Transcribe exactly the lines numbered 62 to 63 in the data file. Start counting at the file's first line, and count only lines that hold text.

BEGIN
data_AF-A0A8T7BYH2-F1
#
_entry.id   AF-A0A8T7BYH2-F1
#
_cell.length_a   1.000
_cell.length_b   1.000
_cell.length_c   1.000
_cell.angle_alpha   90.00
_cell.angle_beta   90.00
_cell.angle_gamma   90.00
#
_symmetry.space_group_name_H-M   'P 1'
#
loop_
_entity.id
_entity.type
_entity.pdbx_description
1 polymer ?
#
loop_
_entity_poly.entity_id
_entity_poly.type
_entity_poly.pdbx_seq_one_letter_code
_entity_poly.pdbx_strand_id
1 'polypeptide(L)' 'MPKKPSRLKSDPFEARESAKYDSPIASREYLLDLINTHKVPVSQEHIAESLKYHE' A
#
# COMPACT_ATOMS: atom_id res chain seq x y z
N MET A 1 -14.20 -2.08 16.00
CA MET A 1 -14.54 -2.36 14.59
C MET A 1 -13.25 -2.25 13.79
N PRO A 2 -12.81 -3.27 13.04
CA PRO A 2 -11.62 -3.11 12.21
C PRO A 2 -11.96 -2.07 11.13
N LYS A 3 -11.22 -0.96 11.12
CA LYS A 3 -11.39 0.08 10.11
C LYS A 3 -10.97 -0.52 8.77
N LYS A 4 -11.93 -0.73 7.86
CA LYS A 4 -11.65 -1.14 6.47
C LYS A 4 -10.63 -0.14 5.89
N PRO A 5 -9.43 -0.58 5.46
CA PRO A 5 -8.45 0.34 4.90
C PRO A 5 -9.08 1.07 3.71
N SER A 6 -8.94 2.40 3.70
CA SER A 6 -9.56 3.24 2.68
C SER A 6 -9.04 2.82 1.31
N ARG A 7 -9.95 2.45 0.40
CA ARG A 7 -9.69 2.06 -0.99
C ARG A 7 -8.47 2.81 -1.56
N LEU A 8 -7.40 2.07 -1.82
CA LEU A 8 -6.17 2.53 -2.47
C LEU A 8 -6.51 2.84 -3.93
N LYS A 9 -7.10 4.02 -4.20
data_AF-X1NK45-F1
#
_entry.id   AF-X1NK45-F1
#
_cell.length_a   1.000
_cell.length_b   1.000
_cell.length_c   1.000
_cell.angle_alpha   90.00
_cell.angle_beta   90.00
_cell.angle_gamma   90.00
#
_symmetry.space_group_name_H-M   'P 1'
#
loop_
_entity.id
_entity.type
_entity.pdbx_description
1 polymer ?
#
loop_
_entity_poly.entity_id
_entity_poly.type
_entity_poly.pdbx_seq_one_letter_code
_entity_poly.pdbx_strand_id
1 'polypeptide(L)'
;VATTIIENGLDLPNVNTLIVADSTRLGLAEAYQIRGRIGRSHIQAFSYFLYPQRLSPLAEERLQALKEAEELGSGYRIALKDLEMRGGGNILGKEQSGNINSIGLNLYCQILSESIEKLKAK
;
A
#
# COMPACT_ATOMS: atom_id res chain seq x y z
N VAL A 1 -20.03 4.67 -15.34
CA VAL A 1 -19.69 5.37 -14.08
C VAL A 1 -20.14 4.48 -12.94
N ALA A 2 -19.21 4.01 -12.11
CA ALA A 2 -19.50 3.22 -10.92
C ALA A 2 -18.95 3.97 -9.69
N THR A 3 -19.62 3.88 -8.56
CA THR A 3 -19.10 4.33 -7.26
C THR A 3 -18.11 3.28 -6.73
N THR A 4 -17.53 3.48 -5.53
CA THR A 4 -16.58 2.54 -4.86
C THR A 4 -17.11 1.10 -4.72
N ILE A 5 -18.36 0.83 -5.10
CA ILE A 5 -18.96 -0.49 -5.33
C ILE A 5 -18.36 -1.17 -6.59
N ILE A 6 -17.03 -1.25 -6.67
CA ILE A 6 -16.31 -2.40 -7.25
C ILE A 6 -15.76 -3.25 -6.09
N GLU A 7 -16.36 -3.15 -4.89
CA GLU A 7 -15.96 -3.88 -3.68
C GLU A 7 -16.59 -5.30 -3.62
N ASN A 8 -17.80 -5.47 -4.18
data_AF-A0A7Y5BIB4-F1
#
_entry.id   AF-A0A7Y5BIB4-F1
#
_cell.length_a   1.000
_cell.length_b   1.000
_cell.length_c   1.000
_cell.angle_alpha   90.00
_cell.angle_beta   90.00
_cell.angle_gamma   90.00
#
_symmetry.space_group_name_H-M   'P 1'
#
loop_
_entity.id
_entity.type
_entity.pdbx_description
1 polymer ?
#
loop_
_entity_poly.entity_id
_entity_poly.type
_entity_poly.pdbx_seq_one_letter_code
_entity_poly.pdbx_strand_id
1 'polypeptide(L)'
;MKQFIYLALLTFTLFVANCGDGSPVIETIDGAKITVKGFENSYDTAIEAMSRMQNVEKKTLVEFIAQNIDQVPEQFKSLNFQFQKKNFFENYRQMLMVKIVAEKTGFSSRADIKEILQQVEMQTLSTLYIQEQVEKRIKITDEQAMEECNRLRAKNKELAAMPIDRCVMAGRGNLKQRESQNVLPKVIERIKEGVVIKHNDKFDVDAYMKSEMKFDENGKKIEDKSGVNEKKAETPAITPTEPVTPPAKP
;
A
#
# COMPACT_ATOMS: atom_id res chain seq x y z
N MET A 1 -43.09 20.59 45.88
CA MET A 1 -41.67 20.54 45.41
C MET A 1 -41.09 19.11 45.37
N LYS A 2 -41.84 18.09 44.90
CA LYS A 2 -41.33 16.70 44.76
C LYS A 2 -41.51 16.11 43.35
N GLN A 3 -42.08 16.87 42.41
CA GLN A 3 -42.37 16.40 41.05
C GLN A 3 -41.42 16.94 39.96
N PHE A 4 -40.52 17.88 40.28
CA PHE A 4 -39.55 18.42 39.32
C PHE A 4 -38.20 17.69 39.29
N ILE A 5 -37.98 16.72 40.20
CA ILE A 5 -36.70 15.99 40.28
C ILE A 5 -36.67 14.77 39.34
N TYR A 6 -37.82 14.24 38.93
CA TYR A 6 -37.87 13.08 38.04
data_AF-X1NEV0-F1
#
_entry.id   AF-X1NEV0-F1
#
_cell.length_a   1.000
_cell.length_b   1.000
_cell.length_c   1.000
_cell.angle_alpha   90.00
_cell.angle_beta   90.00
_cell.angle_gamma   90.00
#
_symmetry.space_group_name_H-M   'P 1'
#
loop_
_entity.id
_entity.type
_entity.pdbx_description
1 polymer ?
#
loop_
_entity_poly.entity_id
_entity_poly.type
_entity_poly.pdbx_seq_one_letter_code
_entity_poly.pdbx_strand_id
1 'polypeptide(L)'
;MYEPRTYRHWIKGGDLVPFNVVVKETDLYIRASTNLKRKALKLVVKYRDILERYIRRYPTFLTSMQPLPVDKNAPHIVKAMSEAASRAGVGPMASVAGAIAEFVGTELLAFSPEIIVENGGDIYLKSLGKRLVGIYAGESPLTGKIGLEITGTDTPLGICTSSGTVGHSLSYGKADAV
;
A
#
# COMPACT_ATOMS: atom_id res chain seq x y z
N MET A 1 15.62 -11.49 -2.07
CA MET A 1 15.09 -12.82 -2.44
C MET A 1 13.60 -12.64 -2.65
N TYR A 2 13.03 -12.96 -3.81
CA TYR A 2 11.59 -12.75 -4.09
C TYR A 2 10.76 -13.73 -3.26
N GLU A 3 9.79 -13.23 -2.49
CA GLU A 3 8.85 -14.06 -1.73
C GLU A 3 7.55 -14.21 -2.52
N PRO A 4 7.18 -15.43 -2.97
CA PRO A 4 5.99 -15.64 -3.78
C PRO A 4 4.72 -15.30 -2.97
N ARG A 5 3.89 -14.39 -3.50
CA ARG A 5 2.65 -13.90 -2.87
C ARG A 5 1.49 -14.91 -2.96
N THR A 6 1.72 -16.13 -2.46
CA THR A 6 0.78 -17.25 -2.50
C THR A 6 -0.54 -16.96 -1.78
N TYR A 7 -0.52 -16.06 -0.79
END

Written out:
_cell.angle_gamma   90.00
#